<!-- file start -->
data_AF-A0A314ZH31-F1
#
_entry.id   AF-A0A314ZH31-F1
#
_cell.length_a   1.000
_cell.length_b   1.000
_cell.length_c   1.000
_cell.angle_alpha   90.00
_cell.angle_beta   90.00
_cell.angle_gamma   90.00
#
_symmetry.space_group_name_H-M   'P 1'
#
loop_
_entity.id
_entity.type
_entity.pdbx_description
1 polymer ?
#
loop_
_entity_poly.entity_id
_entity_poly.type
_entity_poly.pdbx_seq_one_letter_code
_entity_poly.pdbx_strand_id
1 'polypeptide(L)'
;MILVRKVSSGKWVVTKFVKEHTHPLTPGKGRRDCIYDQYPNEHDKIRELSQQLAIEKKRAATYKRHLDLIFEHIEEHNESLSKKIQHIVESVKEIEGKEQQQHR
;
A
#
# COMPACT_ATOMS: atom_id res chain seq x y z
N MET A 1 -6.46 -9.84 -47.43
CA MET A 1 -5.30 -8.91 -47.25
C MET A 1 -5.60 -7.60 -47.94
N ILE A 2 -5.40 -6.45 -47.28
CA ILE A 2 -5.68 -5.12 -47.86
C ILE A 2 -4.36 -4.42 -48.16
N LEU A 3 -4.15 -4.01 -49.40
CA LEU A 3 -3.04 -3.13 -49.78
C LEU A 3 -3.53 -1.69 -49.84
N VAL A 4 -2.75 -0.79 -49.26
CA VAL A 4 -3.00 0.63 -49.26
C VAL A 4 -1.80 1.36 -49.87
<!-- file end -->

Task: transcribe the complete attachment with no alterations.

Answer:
data_AF-A0A314ZH31-F1
#
_entry.id   AF-A0A314ZH31-F1
#
_cell.length_a   1.000
_cell.length_b   1.000
_cell.length_c   1.000
_cell.angle_alpha   90.00
_cell.angle_beta   90.00
_cell.angle_gamma   90.00
#
_symmetry.space_group_name_H-M   'P 1'
#
loop_
_entity.id
_entity.type
_entity.pdbx_description
1 polymer ?
#
loop_
_entity_poly.entity_id
_entity_poly.type
_entity_poly.pdbx_seq_one_letter_code
_entity_poly.pdbx_strand_id
1 'polypeptide(L)'
;MILVRKVSSGKWVVTKFVKEHTHPLTPGKGRRDCIYDQYPNEHDKIRELSQQLAIEKKRAATYKRHLDLIFEHIEEHNESLSKKIQHIVESVKEIEGKEQQQHR
;
A
#
# COMPACT_ATOMS: atom_id res chain seq x y z
N MET A 1 -6.46 -9.84 -47.43
CA MET A 1 -5.30 -8.91 -47.25
C MET A 1 -5.60 -7.60 -47.94
N ILE A 2 -5.40 -6.45 -47.28
CA ILE A 2 -5.68 -5.12 -47.86
C ILE A 2 -4.36 -4.42 -48.16
N LEU A 3 -4.15 -4.01 -49.40
CA LEU A 3 -3.04 -3.13 -49.78
C LEU A 3 -3.53 -1.69 -49.84
N VAL A 4 -2.75 -0.79 -49.26
CA VAL A 4 -3.00 0.63 -49.26
C VAL A 4 -1.80 1.36 -49.87